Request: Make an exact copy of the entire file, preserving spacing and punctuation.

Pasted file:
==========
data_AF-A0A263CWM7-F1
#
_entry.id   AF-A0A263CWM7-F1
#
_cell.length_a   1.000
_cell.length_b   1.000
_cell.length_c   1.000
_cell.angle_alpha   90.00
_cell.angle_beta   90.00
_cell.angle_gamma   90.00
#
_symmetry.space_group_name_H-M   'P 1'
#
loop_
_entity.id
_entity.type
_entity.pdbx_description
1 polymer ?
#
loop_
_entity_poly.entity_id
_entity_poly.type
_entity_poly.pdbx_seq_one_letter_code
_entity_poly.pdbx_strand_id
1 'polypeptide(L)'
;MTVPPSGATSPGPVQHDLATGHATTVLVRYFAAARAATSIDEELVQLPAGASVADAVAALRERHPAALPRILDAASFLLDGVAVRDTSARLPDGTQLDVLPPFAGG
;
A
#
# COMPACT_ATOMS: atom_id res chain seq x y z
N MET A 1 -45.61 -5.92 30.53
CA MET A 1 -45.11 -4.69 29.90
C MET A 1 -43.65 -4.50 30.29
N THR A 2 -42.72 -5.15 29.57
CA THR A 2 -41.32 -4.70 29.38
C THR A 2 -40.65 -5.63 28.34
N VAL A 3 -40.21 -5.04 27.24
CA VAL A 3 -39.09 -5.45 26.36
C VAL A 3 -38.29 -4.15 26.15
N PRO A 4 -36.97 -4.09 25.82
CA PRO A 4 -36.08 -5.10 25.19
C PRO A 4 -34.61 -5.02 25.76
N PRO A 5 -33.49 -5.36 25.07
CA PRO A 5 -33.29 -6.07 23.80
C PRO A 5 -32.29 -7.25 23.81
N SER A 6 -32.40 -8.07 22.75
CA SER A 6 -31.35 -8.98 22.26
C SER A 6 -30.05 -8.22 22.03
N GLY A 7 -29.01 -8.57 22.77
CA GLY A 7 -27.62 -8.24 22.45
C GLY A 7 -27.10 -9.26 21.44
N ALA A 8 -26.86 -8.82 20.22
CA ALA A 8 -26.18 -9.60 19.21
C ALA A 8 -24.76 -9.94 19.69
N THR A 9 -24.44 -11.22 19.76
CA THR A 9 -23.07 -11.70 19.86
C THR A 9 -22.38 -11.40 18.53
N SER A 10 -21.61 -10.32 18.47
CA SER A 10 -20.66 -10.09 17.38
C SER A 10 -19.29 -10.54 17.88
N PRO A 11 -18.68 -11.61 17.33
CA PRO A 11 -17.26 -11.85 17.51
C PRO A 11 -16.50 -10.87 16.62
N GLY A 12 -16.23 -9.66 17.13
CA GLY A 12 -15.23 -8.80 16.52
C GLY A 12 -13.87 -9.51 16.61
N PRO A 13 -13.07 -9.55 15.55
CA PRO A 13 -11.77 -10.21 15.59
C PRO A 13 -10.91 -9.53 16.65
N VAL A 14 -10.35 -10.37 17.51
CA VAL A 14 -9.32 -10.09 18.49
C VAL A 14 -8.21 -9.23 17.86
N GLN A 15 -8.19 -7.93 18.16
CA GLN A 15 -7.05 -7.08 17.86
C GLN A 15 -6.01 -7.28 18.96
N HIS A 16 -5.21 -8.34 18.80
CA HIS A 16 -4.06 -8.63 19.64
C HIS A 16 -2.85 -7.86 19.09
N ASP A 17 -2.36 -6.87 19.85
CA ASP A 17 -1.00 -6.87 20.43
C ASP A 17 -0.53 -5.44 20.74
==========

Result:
data_AF-A0A263CWM7-F1
#
_entry.id   AF-A0A263CWM7-F1
#
_cell.length_a   1.000
_cell.length_b   1.000
_cell.length_c   1.000
_cell.angle_alpha   90.00
_cell.angle_beta   90.00
_cell.angle_gamma   90.00
#
_symmetry.space_group_name_H-M   'P 1'
#
loop_
_entity.id
_entity.type
_entity.pdbx_description
1 polymer ?
#
loop_
_entity_poly.entity_id
_entity_poly.type
_entity_poly.pdbx_seq_one_letter_code
_entity_poly.pdbx_strand_id
1 'polypeptide(L)'
;MTVPPSGATSPGPVQHDLATGHATTVLVRYFAAARAATSIDEELVQLPAGASVADAVAALRERHPAALPRILDAASFLLDGVAVRDTSARLPDGTQLDVLPPFAGG
;
A
#
# COMPACT_ATOMS: atom_id res chain seq x y z
N MET A 1 -45.61 -5.92 30.53
CA MET A 1 -45.11 -4.69 29.90
C MET A 1 -43.65 -4.50 30.29
N THR A 2 -42.72 -5.15 29.57
CA THR A 2 -41.32 -4.70 29.38
C THR A 2 -40.65 -5.63 28.34
N VAL A 3 -40.21 -5.04 27.24
CA VAL A 3 -39.09 -5.45 26.36
C VAL A 3 -38.29 -4.15 26.15
N PRO A 4 -36.97 -4.09 25.82
CA PRO A 4 -36.08 -5.10 25.19
C PRO A 4 -34.61 -5.02 25.76
N PRO A 5 -33.49 -5.36 25.07
CA PRO A 5 -33.29 -6.07 23.80
C PRO A 5 -32.29 -7.25 23.81
N SER A 6 -32.40 -8.07 22.75
CA SER A 6 -31.35 -8.98 22.26
C SER A 6 -30.05 -8.22 22.03
N GLY A 7 -29.01 -8.57 22.77
CA GLY A 7 -27.62 -8.24 22.45
C GLY A 7 -27.10 -9.26 21.44
N ALA A 8 -26.86 -8.82 20.22
CA ALA A 8 -26.18 -9.60 19.21
C ALA A 8 -24.76 -9.94 19.69
N THR A 9 -24.44 -11.22 19.76
CA THR A 9 -23.07 -11.70 19.86
C THR A 9 -22.38 -11.40 18.53
N SER A 10 -21.61 -10.32 18.47
CA SER A 10 -20.66 -10.09 17.38
C SER A 10 -19.29 -10.54 17.88
N PRO A 11 -18.68 -11.61 17.33
CA PRO A 11 -17.26 -11.85 17.51
C PRO A 11 -16.50 -10.87 16.62
N GLY A 12 -16.23 -9.66 17.13
CA GLY A 12 -15.23 -8.80 16.52
C GLY A 12 -13.87 -9.51 16.61
N PRO A 13 -13.07 -9.55 15.55
CA PRO A 13 -11.77 -10.21 15.59
C PRO A 13 -10.91 -9.53 16.65
N VAL A 14 -10.35 -10.37 17.51
CA VAL A 14 -9.32 -10.09 18.49
C VAL A 14 -8.21 -9.23 17.86
N GLN A 15 -8.19 -7.93 18.16
CA GLN A 15 -7.05 -7.08 17.86
C GLN A 15 -6.01 -7.28 18.96
N HIS A 16 -5.21 -8.34 18.80
CA HIS A 16 -4.06 -8.63 19.64
C HIS A 16 -2.85 -7.86 19.09
N ASP A 17 -2.36 -6.87 19.85
CA ASP A 17 -1.00 -6.87 20.43
C ASP A 17 -0.53 -5.44 20.74